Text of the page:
In 1803 Penarth is recorded as having between 800 - 900 acres of land under cultivation as several farms. In the 1801 census there were just 72 people living in the Manor. Even as late as 1851 Penarth was little more than a small rural farming and fishing village since mediæval times with just 24 houses and 105 residents being one of five parishes contained within the hundred of Dinas Powys, with a combined population of just over 300. Before the pier and dock were built there was a tiny fleet of local sail-powered fishing vessels based on the main town beach that tied up on the seafront quayside.

The Plymouth estate office retained control over the planning, building and development of the new town, offering 99-year leases and remaining the ground landlord. All householders in Penarth were tenants of the Plymouth Estates and paying an annual grount rent. The situation would not change until the Leasehold Reform Act 1967 that gave householders the choice of purchasing their freehold or negotiating 999 year extensions on their short leases.

The earliest homes built in the town were streets of terraced houses with busy corner shops and public houses on almost every corner, following the contours of the headland and in the rapidly expanding Cogan area near the docks. Local grey limestone, quarried from what is now Cwrt-y-vil playing fields, gave a particular character to the surviving older buildings of the town. To the south of the town centre, imposing detached villa residences along the cliff tops looked across the Channel to the Somerset coast and the islands of Flat Holm and Steep Holm. The villas were built by wealthy shipping and dock owners from Cardiff who were moving out of the industrialised city for a more genteel and sophisticated lifestyle.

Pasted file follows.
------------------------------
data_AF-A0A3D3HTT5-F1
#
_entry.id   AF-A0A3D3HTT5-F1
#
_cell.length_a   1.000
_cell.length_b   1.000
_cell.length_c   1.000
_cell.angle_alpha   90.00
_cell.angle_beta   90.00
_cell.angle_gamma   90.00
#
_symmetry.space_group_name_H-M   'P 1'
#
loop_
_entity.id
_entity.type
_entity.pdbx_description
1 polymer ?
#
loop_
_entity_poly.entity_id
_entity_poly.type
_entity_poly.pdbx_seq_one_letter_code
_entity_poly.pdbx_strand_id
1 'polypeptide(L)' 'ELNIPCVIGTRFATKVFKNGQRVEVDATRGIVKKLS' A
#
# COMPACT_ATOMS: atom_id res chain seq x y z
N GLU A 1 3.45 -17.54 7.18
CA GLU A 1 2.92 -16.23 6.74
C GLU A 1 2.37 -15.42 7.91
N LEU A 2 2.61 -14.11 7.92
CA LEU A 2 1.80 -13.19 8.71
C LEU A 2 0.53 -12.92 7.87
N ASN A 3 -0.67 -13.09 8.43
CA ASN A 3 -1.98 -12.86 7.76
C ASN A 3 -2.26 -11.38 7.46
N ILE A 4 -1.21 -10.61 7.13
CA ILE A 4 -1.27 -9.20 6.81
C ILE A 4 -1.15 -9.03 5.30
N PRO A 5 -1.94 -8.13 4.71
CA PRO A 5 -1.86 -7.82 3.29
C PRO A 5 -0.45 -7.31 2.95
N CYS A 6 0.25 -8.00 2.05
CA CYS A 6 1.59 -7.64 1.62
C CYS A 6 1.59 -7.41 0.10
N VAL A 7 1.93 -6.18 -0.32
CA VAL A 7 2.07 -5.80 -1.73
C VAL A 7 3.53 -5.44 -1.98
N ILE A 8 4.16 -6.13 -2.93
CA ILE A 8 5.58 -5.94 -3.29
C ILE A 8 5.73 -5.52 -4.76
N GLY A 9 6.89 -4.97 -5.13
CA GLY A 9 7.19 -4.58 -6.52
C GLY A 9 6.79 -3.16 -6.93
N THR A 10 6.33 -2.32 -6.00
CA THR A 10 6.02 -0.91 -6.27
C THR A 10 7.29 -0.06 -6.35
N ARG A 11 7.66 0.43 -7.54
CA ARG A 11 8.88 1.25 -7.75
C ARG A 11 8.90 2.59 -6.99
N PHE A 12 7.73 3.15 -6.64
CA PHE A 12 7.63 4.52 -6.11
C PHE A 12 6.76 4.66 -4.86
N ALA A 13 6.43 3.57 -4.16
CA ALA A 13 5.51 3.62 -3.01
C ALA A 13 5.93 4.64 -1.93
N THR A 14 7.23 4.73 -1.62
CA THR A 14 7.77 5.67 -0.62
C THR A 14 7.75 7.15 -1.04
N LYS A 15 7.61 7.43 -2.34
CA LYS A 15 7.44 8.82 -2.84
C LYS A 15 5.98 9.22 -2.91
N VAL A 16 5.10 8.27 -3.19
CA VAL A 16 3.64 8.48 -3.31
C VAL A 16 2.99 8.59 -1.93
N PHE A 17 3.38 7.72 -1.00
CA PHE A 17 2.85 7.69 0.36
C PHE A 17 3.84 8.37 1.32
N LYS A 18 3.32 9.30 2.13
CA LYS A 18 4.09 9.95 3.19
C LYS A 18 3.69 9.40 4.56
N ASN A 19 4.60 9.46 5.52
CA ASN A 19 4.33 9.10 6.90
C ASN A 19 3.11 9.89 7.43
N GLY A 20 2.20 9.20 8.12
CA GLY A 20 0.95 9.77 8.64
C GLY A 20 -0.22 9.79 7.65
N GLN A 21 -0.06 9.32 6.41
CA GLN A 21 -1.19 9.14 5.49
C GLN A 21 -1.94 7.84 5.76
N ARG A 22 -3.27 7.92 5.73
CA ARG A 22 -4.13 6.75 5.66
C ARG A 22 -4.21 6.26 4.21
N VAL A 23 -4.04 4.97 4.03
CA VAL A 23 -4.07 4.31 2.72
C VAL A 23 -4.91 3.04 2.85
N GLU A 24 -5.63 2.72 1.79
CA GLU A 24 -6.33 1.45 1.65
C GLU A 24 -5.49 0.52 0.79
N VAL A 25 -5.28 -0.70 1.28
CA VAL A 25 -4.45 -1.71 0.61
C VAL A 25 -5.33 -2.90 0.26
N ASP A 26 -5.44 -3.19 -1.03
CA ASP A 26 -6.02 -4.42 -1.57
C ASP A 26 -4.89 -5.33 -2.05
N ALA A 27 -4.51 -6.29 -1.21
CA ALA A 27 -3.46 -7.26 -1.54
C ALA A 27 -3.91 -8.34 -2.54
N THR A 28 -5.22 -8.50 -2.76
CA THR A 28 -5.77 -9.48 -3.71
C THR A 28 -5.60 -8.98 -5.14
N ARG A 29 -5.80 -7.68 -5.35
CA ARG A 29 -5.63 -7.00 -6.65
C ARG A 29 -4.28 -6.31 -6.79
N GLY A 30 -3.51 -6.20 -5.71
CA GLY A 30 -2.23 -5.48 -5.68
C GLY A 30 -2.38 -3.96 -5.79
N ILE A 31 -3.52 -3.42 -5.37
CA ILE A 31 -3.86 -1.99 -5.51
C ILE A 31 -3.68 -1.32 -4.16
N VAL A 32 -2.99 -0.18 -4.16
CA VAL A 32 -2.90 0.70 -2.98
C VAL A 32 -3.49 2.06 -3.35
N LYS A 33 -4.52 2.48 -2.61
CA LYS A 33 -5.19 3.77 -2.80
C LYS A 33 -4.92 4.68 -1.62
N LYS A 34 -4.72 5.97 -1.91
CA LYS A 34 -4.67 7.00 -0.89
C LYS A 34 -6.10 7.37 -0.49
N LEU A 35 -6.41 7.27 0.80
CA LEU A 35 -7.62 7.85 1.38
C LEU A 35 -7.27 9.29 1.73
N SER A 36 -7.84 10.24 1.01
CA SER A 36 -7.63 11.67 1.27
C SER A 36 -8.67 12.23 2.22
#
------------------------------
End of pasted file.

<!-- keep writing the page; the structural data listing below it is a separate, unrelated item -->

Victorian developments

The contract for the building of Penarth Dock was placed in 1859 and the dock was opened six years later, constructed by a workforce of around 1,200 mostly Irish navvies under the direction of chief engineer Harrison Hayter and implementing the design of renowned architect Sir John Hawkshaw . At the Welsh coal trade's zenith in 1913 ships carried 4,660,648 tons of coal in a single year out of Penarth docks. In 1886 Brunel's , converted to service as a coal trader, left Penarth Dock on what would become its final voyage. A disastrous fire during the voyage all but destroyed the vessel and she foundered on the Falkland Islands, where she remained until salvaged and returned to Bristol Docks for restoration in the 1970s.

The town of Penarth owes its development to the massive expansion of the Glamorgan coalfield in the 19th century. Its proximity to Cardiff, which was the natural outlet for the industrial valleys of Glamorgan, and its natural waterfront meant that Penarth was ideally situated to contribute in meeting the world’s demand for Welsh coal through the construction of the docks.

One feature of Penarth Dock was the tunnel underpass that connected Penarth dock to Ferry Road Grangetown under the River Ely,[6] completed in 1899. In later years it proved not quite wide enough for motor vehicles, though ot long remained a route used by commuting pedestrians and cyclists as a short cut to work in Cardiff until the autumn of 1965 when it was closed and the ends bricked up, after a series of violent muggings, repeated vandalism and the cost of maintenance becoming uneconomical.

The development of the town continued to be rapid and Penarth soon became self-sufficient and a thriving shopping centre. Most of the town's fine architectural features owe their origin to the landowners of that time and their vision brought the town its many grand buildings and parks which make Penarth what it is today., Penarth earned its reputation as "The Garden by the Sea" because of its beautiful parks and open spaces thus laid out. Penarth's town library was opened in 1905, thanks to a donation by the Carnegie Trust.[7]